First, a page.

The Center for American Progress offers a reminder that we already have a cap-and-trade system for carbon emissions up and running in the U.S.— it’s called the Regional Greenhouse Gas Initiative, it operates in 10 northeastern states, and it works fairly well, according to CAP’s new review.
Bradford Plumer rounded up the details in the CAP post. Now I’m copping from his post—what fun, this internet.
Four useful takeaways here, via Plumer:
- The program started modestly—maybe too modestly: “The price of carbon is extremely low—a meager $2 per ton of emissions—which isn’t really high enough to persuade utilities to change their behavior.”
- Polluters pay the low price—they don’t get giveaways: “All of those carbon permits are auctioned off by state governments, which has allowed states to raise about $88 million* for efficiency and renewable-power programs. So as a funding stream, it’s not too shabby.”
- It’s not creating any Enrons: “It hasn’t been subject to the sorts of market manipulations or price volatility that people worry about with cap-and-trade. A recent audit found that the permit auctions have all gone off smoothly—no outsiders are leaping in and creating a carbon bubble.”
- More will be revealed!: “Pretty soon, the cap will start tightening, prices will go up, and then we’ll presumably get a better look at how well the program forces power plants to reduce their emissions.”
Also, the cap-and-trade program is not killing the economy or freedom or kittens. This needs harping on. As urban designer Steve Price will tell you, the best way to convince people to embrace something new is to show them what it’s like. A theoretical phantom cap-and-trade system, in the hands of the right fear-mongers, can spook a lot of people. A real-life, moderately successful program just isn’t very scary. The real life version is less useful for drumming up Tea Party rallies. It’s more useful for taking modest early steps toward reigning in carbon pollution.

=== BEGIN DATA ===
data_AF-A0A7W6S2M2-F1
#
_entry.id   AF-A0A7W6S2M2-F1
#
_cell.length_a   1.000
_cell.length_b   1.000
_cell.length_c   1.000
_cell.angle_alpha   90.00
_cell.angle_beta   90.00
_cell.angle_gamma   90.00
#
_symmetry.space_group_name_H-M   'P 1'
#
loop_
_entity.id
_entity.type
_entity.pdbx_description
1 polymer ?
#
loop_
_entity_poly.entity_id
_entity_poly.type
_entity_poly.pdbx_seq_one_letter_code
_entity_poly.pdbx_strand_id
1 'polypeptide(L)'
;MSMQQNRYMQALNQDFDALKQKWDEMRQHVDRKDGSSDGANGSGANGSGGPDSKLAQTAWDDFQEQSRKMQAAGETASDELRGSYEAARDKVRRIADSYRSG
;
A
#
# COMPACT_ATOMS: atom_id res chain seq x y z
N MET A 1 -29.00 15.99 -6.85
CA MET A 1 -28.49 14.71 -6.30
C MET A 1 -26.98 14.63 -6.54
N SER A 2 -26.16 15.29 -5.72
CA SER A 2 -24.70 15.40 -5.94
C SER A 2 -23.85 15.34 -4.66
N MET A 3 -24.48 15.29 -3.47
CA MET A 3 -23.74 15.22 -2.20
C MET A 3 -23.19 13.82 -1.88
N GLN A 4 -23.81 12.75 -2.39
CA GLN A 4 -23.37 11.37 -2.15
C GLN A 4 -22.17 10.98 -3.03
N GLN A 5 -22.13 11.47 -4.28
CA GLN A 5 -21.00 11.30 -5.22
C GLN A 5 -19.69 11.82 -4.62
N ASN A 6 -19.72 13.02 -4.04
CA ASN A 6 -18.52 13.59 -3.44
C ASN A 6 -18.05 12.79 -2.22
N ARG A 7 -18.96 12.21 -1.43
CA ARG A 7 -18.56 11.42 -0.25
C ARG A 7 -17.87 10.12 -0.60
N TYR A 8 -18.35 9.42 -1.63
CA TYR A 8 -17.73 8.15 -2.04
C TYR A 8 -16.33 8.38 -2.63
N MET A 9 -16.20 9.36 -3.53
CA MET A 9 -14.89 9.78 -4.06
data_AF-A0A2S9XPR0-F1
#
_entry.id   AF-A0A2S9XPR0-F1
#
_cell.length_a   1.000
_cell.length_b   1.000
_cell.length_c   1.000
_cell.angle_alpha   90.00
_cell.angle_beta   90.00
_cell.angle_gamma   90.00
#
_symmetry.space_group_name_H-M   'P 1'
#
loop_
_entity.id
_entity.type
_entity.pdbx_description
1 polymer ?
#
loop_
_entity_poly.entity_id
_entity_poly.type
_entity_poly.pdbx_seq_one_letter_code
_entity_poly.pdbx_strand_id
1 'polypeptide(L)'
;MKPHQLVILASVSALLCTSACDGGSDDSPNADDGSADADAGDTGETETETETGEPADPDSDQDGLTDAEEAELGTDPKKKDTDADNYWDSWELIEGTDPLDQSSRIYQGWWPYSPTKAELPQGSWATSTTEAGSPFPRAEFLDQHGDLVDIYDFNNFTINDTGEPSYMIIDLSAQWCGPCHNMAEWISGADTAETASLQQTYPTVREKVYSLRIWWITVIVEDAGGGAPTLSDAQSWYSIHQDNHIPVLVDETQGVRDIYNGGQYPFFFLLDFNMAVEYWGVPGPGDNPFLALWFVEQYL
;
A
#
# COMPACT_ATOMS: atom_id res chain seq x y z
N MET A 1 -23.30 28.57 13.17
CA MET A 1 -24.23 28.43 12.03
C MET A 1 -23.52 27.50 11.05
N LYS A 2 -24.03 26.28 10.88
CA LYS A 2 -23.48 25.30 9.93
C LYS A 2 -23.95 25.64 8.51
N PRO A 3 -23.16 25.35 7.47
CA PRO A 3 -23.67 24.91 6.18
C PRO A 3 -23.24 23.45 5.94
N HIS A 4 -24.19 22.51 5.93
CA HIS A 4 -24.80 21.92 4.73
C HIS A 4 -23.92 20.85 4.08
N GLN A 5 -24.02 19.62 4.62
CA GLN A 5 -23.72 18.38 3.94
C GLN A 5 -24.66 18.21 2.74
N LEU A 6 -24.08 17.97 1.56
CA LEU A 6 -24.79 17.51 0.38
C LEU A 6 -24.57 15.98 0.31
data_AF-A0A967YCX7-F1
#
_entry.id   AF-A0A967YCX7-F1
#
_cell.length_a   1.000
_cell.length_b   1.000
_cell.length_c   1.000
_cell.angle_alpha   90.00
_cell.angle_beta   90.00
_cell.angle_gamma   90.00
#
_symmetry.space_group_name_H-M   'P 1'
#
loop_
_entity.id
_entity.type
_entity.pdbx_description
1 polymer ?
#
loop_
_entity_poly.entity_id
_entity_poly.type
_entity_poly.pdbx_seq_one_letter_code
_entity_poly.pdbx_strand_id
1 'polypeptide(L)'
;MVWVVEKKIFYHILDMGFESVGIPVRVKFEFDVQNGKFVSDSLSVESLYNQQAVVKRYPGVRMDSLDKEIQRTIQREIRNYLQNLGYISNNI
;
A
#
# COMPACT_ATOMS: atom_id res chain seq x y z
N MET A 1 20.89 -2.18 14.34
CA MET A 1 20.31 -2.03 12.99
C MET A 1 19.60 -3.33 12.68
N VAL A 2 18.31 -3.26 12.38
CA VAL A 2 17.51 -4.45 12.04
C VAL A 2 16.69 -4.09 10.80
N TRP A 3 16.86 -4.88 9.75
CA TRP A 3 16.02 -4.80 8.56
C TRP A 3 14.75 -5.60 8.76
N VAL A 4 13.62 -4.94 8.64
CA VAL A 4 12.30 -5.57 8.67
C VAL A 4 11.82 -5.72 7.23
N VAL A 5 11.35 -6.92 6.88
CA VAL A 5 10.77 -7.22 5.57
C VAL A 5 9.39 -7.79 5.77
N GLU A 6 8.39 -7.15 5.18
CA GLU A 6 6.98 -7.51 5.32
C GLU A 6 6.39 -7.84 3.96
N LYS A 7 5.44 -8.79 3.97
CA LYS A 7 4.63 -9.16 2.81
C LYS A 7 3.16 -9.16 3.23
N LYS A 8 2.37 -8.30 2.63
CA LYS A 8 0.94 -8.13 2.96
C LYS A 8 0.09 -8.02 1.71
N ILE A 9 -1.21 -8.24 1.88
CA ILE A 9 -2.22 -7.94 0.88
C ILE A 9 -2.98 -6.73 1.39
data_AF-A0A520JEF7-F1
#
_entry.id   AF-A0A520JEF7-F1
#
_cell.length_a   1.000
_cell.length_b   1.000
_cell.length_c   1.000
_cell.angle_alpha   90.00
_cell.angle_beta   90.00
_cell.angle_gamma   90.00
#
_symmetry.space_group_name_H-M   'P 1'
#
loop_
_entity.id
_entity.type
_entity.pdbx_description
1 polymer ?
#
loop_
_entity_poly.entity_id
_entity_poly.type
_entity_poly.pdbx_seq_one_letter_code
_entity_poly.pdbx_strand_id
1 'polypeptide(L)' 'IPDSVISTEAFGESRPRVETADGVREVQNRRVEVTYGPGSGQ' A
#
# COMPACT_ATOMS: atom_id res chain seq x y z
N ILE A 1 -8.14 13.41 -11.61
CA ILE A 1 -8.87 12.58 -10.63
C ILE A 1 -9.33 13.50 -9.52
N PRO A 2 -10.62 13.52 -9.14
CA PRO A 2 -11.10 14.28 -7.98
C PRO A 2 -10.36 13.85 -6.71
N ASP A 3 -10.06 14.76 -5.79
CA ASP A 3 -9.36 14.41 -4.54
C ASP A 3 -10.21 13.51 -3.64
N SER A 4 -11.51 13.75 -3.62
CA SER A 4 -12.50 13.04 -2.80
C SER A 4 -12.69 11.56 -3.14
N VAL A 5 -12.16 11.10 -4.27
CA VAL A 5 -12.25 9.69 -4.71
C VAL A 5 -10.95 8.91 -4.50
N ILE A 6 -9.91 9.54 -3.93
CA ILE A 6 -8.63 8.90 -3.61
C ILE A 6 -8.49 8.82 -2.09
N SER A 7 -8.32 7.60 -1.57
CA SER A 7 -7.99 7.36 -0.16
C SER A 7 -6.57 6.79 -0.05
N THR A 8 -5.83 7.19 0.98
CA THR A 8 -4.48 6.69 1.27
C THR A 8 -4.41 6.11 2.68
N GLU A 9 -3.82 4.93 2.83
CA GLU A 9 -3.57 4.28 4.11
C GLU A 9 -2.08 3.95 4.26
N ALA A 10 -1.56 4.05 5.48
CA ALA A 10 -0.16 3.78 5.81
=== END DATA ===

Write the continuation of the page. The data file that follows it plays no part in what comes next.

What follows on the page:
Related note: According to today’s New York Times, cap-and-trade is dead. John Broder writes the latest pre-mortem about why Congress will never pass an economy-wide cap-and-trade program.
If you’re going to read it, keep in mind all the “healthcare reform is dead” stories and predictions that surfaced over the past year—Huffington Post has a roundup.
Or just skip it and listen to what Rep. Tom Periello has to say instead: “I’m sick of starting with what can we get through the Senate; let’s start with what solves the damn problem. Until the Senate gets its head out of its rear-end and starts to see the crisis we’re in, our country is literally at risk. Our economy is at risk, because these jobs are being created overseas.”
* A reader notes that $88 million was from only the most recent auction. Altogether, RGGI auctions have raised some $582 million for efficiency and renewable programs.